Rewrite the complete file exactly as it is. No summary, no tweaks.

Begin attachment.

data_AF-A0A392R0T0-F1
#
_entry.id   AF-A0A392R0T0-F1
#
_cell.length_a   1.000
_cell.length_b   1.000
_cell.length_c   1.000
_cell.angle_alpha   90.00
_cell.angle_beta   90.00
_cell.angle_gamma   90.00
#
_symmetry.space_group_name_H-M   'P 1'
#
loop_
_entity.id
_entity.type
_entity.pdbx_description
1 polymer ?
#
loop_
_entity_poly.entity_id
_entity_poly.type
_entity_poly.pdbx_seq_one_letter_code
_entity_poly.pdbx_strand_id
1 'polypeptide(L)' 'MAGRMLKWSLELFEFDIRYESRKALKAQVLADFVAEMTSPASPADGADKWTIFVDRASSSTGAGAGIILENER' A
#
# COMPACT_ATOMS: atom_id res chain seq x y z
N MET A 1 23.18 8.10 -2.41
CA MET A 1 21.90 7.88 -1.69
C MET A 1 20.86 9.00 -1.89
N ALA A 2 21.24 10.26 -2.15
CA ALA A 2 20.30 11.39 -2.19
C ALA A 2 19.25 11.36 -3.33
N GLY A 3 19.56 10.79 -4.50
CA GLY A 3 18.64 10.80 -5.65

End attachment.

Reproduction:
data_AF-A0A392R0T0-F1
#
_entry.id   AF-A0A392R0T0-F1
#
_cell.length_a   1.000
_cell.length_b   1.000
_cell.length_c   1.000
_cell.angle_alpha   90.00
_cell.angle_beta   90.00
_cell.angle_gamma   90.00
#
_symmetry.space_group_name_H-M   'P 1'
#
loop_
_entity.id
_entity.type
_entity.pdbx_description
1 polymer ?
#
loop_
_entity_poly.entity_id
_entity_poly.type
_entity_poly.pdbx_seq_one_letter_code
_entity_poly.pdbx_strand_id
1 'polypeptide(L)' 'MAGRMLKWSLELFEFDIRYESRKALKAQVLADFVAEMTSPASPADGADKWTIFVDRASSSTGAGAGIILENER' A
#
# COMPACT_ATOMS: atom_id res chain seq x y z
N MET A 1 23.18 8.10 -2.41
CA MET A 1 21.90 7.88 -1.69
C MET A 1 20.86 9.00 -1.89
N ALA A 2 21.24 10.26 -2.15
CA ALA A 2 20.30 11.39 -2.19
C ALA A 2 19.25 11.36 -3.33
N GLY A 3 19.56 10.79 -4.50
CA GLY A 3 18.64 10.80 -5.65